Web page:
“If you cannot measure it, you cannot improve it” – Lord Kelvin

When it comes to your SaaS business, if you aren’t already obsessed with customer measurements and metrics, you should be. After all, SaaS is a recurring revenue business, which means the real profits occur over the customer’s lifetime, not at a single point of sale. And that means that understanding which customers are happy and why -- and which ones will go on to become loyal and why -- is crucial to understanding how to grow your business. That said, if you aren’t measuring the right things, you’re just wasting your time and not really learning anything of value. But with the right metrics, you’ll be armed with the knowledge you need to make informed decisions.

That’s where “Measure This, Not That” comes in. In this series, we’ll show you where popular opinion gets it wrong, and which metrics you should ignore and which ones you should really be focused on in order to gain valuable actionable insights into your customers.

Measure This: Net Promoter Score

Not That: Customer Satisfaction

What do you usually measure? Customer Satisfaction

Why do you do this?

When you take a customer satisfaction survey, what you’re ostensibly asking is whether or not that customer has had a satisfactory experience. But what you’re really trying to find out is whether that customer is going to be retained and if they’re going to become loyal and long term. But asking different variations of “How satisfied were you with this product/experience?” doesn’t really tell you that at all. Satisfaction on its own doesn’t reveal anything valuable in the long term. It’s incomplete, and it’s not predictive of future behavior.

What should you measure instead? Net Promoter Score, or NPS.

Why should you do this: This metric will give you a better idea of what you’re actually trying to discover. Customers, as it turns out, can roughly be divided into three groups:

  • Promoters
  • Passives
  • Detractors

are the ones that are not only satisfied (passives may be satisfied as well) but also enthusiastic and potentially loyal and in it for the long haul.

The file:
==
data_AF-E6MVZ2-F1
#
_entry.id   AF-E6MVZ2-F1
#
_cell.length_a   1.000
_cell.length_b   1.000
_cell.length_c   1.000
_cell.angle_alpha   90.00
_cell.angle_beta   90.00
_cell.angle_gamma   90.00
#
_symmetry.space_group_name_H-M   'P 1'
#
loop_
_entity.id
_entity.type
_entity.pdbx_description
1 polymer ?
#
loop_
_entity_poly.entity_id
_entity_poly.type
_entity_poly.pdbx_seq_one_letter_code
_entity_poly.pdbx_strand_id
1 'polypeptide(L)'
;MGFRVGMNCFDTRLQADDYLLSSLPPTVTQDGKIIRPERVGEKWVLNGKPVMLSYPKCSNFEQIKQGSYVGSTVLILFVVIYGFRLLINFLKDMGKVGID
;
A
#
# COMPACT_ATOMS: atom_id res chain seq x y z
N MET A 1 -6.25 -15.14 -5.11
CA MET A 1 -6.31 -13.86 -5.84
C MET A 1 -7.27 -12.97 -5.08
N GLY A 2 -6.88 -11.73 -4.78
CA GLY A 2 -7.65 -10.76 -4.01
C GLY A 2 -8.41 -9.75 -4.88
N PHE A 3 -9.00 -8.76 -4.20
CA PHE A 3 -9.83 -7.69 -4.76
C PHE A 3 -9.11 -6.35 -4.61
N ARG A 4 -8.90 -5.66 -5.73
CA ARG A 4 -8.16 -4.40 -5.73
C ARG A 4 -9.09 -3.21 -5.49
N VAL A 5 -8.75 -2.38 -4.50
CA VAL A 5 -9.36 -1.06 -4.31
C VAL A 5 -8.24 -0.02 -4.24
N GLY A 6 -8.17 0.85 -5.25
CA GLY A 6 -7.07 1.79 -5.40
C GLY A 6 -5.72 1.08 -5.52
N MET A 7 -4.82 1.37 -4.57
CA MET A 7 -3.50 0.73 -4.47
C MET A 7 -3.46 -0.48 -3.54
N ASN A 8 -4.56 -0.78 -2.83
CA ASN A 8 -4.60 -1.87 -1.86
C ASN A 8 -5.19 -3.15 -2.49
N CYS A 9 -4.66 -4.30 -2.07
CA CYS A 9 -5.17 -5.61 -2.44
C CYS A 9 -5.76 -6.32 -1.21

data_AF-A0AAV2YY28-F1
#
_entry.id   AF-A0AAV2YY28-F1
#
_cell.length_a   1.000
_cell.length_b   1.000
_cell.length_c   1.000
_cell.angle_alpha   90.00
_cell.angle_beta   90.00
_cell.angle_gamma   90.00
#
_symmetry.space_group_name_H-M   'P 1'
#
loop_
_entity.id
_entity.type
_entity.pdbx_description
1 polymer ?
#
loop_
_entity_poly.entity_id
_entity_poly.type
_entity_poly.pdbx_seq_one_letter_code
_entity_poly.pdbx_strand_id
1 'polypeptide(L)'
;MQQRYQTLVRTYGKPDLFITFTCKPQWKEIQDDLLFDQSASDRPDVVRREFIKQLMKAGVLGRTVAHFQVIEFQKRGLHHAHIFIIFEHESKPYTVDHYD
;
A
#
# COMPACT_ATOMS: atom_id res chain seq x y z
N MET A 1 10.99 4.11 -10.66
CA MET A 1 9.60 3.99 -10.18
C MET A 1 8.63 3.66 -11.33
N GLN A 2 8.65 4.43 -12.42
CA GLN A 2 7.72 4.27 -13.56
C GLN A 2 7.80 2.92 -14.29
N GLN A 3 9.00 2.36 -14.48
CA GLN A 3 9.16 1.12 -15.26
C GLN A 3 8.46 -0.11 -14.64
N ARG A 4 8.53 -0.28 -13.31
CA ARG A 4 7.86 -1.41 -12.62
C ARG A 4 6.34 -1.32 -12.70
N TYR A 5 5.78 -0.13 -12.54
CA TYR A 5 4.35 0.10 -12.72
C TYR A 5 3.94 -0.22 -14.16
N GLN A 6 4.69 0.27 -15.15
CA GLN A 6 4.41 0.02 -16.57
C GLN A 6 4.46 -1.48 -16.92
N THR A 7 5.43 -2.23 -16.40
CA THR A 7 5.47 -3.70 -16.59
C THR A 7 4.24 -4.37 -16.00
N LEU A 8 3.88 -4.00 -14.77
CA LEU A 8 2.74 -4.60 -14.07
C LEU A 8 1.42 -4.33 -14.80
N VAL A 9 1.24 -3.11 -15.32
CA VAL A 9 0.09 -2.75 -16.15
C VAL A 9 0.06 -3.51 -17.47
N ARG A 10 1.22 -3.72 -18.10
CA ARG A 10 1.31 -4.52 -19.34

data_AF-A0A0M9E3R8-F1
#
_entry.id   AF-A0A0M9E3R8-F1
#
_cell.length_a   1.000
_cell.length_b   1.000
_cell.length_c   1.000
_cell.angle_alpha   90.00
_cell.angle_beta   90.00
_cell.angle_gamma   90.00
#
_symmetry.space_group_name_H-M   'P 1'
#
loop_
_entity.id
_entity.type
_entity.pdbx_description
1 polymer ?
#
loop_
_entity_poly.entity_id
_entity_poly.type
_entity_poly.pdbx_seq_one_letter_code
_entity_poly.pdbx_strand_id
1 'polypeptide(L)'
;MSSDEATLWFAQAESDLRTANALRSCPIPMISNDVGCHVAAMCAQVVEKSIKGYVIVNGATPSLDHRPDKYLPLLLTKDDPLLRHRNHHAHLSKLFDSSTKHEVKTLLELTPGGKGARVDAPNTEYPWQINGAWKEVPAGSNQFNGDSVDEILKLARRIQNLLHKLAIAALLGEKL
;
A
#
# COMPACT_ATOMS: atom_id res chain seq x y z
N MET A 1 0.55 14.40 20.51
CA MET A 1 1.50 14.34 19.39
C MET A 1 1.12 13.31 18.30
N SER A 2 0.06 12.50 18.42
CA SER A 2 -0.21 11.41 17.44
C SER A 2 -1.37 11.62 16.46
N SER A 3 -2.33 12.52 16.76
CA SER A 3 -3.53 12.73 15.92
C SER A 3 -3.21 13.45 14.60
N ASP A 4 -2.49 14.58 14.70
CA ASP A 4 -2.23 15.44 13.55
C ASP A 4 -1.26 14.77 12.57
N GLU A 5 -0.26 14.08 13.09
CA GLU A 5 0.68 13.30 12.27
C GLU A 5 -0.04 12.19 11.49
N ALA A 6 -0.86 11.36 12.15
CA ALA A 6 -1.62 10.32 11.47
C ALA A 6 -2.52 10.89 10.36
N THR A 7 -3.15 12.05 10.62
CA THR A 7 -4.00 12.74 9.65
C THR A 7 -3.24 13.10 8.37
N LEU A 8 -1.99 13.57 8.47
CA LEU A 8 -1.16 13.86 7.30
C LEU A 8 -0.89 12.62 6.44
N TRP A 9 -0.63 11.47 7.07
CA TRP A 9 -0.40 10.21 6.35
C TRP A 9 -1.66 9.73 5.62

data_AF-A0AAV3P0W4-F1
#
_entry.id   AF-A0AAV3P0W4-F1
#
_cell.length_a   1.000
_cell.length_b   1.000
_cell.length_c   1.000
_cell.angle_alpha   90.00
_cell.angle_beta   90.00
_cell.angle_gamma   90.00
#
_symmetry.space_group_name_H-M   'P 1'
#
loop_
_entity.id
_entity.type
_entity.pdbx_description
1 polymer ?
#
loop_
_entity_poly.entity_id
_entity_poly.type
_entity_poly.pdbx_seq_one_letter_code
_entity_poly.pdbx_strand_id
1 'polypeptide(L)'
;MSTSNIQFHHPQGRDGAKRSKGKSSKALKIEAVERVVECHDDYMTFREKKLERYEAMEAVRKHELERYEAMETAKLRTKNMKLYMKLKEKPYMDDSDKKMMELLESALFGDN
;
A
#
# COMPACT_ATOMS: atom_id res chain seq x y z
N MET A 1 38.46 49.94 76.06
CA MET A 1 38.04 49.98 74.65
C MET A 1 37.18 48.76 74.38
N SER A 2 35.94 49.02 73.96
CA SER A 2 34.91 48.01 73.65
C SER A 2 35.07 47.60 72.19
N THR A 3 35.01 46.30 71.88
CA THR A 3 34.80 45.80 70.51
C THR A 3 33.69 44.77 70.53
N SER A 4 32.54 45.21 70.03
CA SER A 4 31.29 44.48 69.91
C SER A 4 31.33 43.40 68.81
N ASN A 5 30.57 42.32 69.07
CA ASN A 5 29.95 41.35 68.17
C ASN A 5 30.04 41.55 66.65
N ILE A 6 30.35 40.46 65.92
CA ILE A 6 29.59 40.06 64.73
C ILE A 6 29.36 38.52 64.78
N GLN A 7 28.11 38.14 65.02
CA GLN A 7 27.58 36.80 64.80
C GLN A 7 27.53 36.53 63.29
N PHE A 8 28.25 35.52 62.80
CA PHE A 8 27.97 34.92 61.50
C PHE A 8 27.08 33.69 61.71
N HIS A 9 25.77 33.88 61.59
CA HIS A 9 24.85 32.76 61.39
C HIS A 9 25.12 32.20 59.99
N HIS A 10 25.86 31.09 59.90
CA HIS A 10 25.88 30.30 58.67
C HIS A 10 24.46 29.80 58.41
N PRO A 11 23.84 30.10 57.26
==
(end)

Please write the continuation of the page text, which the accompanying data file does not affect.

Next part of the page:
According to a 2013 Net Promoter System report, the Net Promoter Score is important because:

  • Promoters account for 80 percent of referrals in most businesses
  • Detractors, in turn, account for 80 percent of negative word of mouth
  • Promoters generally defect at lower rates than other customers, which means that they are more likely to have a longer, more profitable relationship with your business
  • On average, a NPS leader in a given industry outgrows its competitors by more than double

There are many benefits to prioritizing the NPS over CSAT including:

  • NPS is a better way to measure customer loyalty
  • It’s a better, more accurate way way to track customer happiness from one period to the next
  • Promoters tend to spend more than passives and detractors, and knowing how and why someone becomes a promoter can help you improve your product and grow your business. In fact, a recent Bain study of affluent banking customers determined that promoters are worth an average $9,500 more to a bank than detractors.

And asking the right question to determine where a customer falls -- promoter, passive, or detractor -- has an additional advantage in that it’s a simple question that doesn’t require much effort to answer. And that means you’re more likely to get an accurate spread of responses since it’s so low effort. It’s simply a matter of framing your question to determine potential loyalty and retention: “How likely would you be to recommend our company to a friend or colleague on a scale of 0 – Very Unlikely to 10 Very Likely.” Promoters will answer with a score of 9 to 10.

The overall NPS score for your business is calculated by taking the percentage of respondents who are promoters and subtracting the percentage of respondents who are detractors. This will generate a score ranging from -100 to 100, which is your Net Promoter Score. It’s helpful to compare how your net promoter score changes over time when compared to changes or improvements you’ve made to your product to help you determine a correlation.

Keep in mind, though, that while it’s definitely a much more accurate indicator of potential customer loyalty, it’s essentially a feedback question, and there’s no proof that this customer will actually promote your product or be a long term loyal customer -- and that’s why you should measure more than one metric to get a more complete picture. (And if you really want to dig deep and understand your customers' needs, goals, and frustrations, nothing can beat the SLOW interview process, which we discuss here.

To learn more, check out the other articles in the "Measure This, Not That" series: 

Measure Conversions, Not Conversions

Measure Activity Churn, Not Customer Churn